Issue 29

Physical Stamina For Self-Defense

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Note:  Before starting any exercise routine, be sure you're physically able to perform the work-out.  If you have any doubts whatsoever, first check with your doctor.

It's the new year, and I'm sure the last thing you need to hear is one more person getting on your back about staying fit.  Maybe losing a couple of pounds.  Perhaps giving up smoking.

Sorry, I'm going to do it anyways!

On our website, at the very top of our home page, we have a link to a page called, Unsure you need training?  Give it a click and take a look.

The page is about taking personal responsibility for your safety, but in it, I ask readers to take a little test.  A physical fitness test.

Here's something I want you to do as long as you don't have some sort of medical condition that prevents it.

Get a kitchen timer, and set it to 4 minutes.  Push the button and do a non-stop exercise that uses your upper body - push ups, pull ups, sit ups.  Do them as fast as you can for the entire 4 minutes.  Non-stop, not slowing even for a moment.


The purpose of the test is to demonstrate - best case - how long it can take for a 911 Emergency call to get a response.

But it will also demonstrate how difficult it can be to do a strenuous physical activity - such as defending yourself - for a relatively short period of time.

It all boils down to two items:  Strength and Cardio.  A very good exercise that can help with both items with the same exercise are burpies.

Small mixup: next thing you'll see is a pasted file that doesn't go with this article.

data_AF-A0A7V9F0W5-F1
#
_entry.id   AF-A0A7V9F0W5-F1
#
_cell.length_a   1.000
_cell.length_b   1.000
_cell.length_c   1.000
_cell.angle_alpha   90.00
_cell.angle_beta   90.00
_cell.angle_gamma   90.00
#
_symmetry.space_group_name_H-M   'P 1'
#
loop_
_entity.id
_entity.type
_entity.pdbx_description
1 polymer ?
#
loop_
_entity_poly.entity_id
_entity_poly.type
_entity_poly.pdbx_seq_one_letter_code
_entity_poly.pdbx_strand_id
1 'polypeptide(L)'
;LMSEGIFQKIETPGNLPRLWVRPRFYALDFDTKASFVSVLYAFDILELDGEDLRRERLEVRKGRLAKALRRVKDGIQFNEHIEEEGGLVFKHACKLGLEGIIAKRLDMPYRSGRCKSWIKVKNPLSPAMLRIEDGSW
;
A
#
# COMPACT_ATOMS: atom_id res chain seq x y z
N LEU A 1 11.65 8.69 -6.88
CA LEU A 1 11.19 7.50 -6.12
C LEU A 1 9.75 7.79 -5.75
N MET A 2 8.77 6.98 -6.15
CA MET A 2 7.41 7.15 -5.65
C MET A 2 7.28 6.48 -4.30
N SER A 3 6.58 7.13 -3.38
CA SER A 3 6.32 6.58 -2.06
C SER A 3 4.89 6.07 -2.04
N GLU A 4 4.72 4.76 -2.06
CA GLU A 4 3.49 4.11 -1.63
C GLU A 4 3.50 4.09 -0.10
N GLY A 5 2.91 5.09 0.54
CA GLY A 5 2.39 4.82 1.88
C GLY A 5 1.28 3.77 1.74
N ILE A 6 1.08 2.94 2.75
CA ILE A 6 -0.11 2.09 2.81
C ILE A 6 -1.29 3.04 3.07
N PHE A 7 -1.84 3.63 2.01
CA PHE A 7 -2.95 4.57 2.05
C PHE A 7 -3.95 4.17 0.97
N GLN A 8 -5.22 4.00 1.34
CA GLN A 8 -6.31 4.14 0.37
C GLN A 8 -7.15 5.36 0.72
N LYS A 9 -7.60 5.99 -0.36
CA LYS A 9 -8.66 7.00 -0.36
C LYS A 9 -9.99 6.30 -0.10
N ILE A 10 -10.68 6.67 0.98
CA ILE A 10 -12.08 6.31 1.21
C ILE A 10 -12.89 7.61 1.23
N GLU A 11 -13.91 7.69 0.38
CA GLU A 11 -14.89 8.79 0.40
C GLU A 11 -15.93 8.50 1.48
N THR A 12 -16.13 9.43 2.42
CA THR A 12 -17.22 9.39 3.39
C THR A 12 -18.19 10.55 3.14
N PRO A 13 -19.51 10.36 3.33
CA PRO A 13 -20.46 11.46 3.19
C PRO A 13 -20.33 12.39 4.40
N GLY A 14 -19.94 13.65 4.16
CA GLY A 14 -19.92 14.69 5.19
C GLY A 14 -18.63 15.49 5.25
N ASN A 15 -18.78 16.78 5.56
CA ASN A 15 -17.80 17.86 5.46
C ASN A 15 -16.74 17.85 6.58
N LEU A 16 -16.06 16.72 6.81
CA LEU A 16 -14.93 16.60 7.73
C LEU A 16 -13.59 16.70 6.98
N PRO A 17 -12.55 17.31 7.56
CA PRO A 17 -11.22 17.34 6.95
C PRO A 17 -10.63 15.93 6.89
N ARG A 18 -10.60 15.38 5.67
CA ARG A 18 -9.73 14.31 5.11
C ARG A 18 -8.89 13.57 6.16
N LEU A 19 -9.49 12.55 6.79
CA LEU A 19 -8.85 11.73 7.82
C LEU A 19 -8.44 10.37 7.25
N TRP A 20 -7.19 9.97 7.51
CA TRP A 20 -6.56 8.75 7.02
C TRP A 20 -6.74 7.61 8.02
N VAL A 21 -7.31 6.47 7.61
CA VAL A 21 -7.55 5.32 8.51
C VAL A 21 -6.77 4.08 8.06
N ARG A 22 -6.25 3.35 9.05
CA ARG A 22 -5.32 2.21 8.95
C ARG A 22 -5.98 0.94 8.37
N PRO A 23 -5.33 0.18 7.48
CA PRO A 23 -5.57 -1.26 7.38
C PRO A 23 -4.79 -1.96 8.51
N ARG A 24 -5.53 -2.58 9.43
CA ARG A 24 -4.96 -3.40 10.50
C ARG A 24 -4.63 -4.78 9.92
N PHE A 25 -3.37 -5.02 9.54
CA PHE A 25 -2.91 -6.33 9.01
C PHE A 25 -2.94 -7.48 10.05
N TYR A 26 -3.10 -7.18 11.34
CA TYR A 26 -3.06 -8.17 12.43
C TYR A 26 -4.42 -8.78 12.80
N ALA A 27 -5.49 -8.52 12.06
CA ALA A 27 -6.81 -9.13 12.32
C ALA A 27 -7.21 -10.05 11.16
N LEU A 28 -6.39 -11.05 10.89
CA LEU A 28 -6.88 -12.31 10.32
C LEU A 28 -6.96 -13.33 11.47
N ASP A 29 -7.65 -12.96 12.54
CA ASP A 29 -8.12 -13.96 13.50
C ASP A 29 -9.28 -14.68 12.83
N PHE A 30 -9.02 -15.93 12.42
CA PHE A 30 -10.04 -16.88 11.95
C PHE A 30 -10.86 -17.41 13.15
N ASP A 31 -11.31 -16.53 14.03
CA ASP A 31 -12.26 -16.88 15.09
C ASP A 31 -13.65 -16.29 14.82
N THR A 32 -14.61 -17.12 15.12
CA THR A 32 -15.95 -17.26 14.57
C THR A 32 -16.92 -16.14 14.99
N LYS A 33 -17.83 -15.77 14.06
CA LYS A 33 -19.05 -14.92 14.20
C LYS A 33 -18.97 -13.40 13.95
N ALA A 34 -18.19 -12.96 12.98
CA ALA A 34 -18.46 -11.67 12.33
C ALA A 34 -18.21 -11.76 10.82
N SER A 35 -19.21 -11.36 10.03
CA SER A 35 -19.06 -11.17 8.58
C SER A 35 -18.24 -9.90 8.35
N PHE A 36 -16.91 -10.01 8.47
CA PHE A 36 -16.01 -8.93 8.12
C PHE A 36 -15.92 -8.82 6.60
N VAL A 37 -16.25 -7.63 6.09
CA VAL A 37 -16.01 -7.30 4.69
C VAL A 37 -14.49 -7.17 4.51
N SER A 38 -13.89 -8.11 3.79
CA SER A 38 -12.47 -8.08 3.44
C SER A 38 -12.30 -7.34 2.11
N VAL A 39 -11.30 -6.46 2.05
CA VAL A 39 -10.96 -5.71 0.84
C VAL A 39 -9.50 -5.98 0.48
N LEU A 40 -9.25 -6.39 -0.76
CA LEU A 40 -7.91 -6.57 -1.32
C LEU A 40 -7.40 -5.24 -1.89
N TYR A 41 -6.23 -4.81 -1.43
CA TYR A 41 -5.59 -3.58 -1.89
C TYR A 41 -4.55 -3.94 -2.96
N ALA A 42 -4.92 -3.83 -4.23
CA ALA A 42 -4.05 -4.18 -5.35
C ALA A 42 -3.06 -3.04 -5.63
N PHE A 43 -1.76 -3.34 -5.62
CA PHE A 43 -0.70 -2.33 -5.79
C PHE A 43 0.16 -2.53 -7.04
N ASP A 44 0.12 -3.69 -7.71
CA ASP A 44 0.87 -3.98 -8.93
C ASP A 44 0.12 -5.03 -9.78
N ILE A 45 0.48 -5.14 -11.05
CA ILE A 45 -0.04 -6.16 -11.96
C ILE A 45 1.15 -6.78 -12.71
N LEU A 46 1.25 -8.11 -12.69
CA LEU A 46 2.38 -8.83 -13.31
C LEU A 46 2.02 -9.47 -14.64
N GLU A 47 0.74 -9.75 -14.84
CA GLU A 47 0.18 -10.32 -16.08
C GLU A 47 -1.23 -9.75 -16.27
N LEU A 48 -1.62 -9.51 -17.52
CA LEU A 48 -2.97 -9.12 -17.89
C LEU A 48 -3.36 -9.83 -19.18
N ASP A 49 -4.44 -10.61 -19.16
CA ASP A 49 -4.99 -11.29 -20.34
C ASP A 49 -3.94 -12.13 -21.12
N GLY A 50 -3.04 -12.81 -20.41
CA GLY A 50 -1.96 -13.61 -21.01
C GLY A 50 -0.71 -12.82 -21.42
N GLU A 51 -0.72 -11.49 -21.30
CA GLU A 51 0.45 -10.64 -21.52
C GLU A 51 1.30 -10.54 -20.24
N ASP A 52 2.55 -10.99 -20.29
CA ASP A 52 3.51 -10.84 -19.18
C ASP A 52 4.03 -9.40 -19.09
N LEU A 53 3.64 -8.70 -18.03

They involve a squat-push up-jump routine.  Here's a quick YouTube video demonstrating the technique.

You are building strength in your upper body, legs and torso.  The jump also incorporates a type of exercise called plyometrics - generally speaking, these are jumping exercises that really get your heart rate going!  A side-benefit is increased flexibility, as you are using your entire body in this exercise.

If you're a bit out of shape, start slowly and build up your repetitions. 

Doing light workouts with dumb-bells also helps to keep arms and shoulders - the primary muscles you'll use in a self-defense situation - in "fighting shape".  The same goes for good old push-ups all by themselves.

These exercises can be done on your family room floor - no need to join a gym.

Next Issue:  Weak-side Shooting

 

Bison Risk Management Associates is a Northern California-based company providing Personal Safety and Emergency Preparedness training, workshops and consulting for individuals, businesses and organizations.

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